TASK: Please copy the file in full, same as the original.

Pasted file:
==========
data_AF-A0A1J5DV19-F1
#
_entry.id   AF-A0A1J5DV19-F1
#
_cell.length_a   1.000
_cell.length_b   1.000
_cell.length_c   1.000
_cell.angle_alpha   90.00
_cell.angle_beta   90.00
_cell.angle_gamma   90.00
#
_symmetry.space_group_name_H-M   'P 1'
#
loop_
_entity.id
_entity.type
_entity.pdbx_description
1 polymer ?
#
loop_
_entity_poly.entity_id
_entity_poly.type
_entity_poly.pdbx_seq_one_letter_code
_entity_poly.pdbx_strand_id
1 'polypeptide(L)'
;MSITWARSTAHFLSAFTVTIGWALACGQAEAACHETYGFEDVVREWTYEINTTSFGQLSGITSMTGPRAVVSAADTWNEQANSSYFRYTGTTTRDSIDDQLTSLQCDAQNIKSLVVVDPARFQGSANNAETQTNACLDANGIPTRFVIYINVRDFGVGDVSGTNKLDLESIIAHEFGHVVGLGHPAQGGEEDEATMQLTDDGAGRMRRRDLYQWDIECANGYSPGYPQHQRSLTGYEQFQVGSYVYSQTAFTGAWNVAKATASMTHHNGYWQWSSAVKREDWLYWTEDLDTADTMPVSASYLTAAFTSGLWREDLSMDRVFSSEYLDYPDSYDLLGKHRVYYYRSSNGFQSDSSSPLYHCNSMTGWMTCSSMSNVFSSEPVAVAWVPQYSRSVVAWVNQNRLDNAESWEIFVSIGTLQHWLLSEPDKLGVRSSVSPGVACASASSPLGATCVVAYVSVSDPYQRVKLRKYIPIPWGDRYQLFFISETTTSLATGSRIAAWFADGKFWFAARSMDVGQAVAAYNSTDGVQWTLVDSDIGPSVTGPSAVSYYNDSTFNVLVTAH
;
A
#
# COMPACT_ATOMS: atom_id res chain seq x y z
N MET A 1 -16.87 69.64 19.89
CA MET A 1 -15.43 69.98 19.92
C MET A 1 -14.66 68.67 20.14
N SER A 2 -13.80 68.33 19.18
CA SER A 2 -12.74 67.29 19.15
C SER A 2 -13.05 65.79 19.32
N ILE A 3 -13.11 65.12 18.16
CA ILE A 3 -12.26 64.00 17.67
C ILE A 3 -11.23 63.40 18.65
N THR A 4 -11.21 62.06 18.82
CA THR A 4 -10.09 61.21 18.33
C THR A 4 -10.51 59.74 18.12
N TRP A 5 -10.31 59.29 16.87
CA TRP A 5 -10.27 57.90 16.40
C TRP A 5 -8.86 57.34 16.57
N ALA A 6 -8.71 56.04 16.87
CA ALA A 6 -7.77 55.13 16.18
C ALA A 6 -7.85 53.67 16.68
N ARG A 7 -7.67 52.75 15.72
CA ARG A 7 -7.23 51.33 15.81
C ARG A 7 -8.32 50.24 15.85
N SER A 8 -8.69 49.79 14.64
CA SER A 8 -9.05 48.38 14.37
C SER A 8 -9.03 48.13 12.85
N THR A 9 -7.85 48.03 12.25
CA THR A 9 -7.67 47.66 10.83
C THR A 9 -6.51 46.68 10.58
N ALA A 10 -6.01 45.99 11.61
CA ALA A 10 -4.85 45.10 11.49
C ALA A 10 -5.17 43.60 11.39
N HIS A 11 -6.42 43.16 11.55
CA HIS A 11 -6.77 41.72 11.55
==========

data_AF-A0A1J5DV19-F1
#
_entry.id   AF-A0A1J5DV19-F1
#
_cell.length_a   1.000
_cell.length_b   1.000
_cell.length_c   1.000
_cell.angle_alpha   90.00
_cell.angle_beta   90.00
_cell.angle_gamma   90.00
#
_symmetry.space_group_name_H-M   'P 1'
#
loop_
_entity.id
_entity.type
_entity.pdbx_description
1 polymer ?
#
loop_
_entity_poly.entity_id
_entity_poly.type
_entity_poly.pdbx_seq_one_letter_code
_entity_poly.pdbx_strand_id
1 'polypeptide(L)'
;MSITWARSTAHFLSAFTVTIGWALACGQAEAACHETYGFEDVVREWTYEINTTSFGQLSGITSMTGPRAVVSAADTWNEQANSSYFRYTGTTTRDSIDDQLTSLQCDAQNIKSLVVVDPARFQGSANNAETQTNACLDANGIPTRFVIYINVRDFGVGDVSGTNKLDLESIIAHEFGHVVGLGHPAQGGEEDEATMQLTDDGAGRMRRRDLYQWDIECANGYSPGYPQHQRSLTGYEQFQVGSYVYSQTAFTGAWNVAKATASMTHHNGYWQWSSAVKREDWLYWTEDLDTADTMPVSASYLTAAFTSGLWREDLSMDRVFSSEYLDYPDSYDLLGKHRVYYYRSSNGFQSDSSSPLYHCNSMTGWMTCSSMSNVFSSEPVAVAWVPQYSRSVVAWVNQNRLDNAESWEIFVSIGTLQHWLLSEPDKLGVRSSVSPGVACASASSPLGATCVVAYVSVSDPYQRVKLRKYIPIPWGDRYQLFFISETTTSLATGSRIAAWFADGKFWFAARSMDVGQAVAAYNSTDGVQWTLVDSDIGPSVTGPSAVSYYNDSTFNVLVTAH
;
A
#
# COMPACT_ATOMS: atom_id res chain seq x y z
N MET A 1 -16.87 69.64 19.89
CA MET A 1 -15.43 69.98 19.92
C MET A 1 -14.66 68.67 20.14
N SER A 2 -13.80 68.33 19.18
CA SER A 2 -12.74 67.29 19.15
C SER A 2 -13.05 65.79 19.32
N ILE A 3 -13.11 65.12 18.16
CA ILE A 3 -12.26 64.00 17.67
C ILE A 3 -11.23 63.40 18.65
N THR A 4 -11.21 62.06 18.82
CA THR A 4 -10.09 61.21 18.33
C THR A 4 -10.51 59.74 18.12
N TRP A 5 -10.31 59.29 16.87
CA TRP A 5 -10.27 57.90 16.40
C TRP A 5 -8.86 57.34 16.57
N ALA A 6 -8.71 56.04 16.87
CA ALA A 6 -7.77 55.13 16.18
C ALA A 6 -7.85 53.67 16.68
N ARG A 7 -7.67 52.75 15.72
CA ARG A 7 -7.23 51.33 15.81
C ARG A 7 -8.32 50.24 15.85
N SER A 8 -8.69 49.79 14.64
CA SER A 8 -9.05 48.38 14.37
C SER A 8 -9.03 48.13 12.85
N THR A 9 -7.85 48.03 12.25
CA THR A 9 -7.67 47.66 10.83
C THR A 9 -6.51 46.68 10.58
N ALA A 10 -6.01 45.99 11.61
CA ALA A 10 -4.85 45.10 11.49
C ALA A 10 -5.17 43.60 11.39
N HIS A 11 -6.42 43.16 11.55
CA HIS A 11 -6.77 41.72 11.55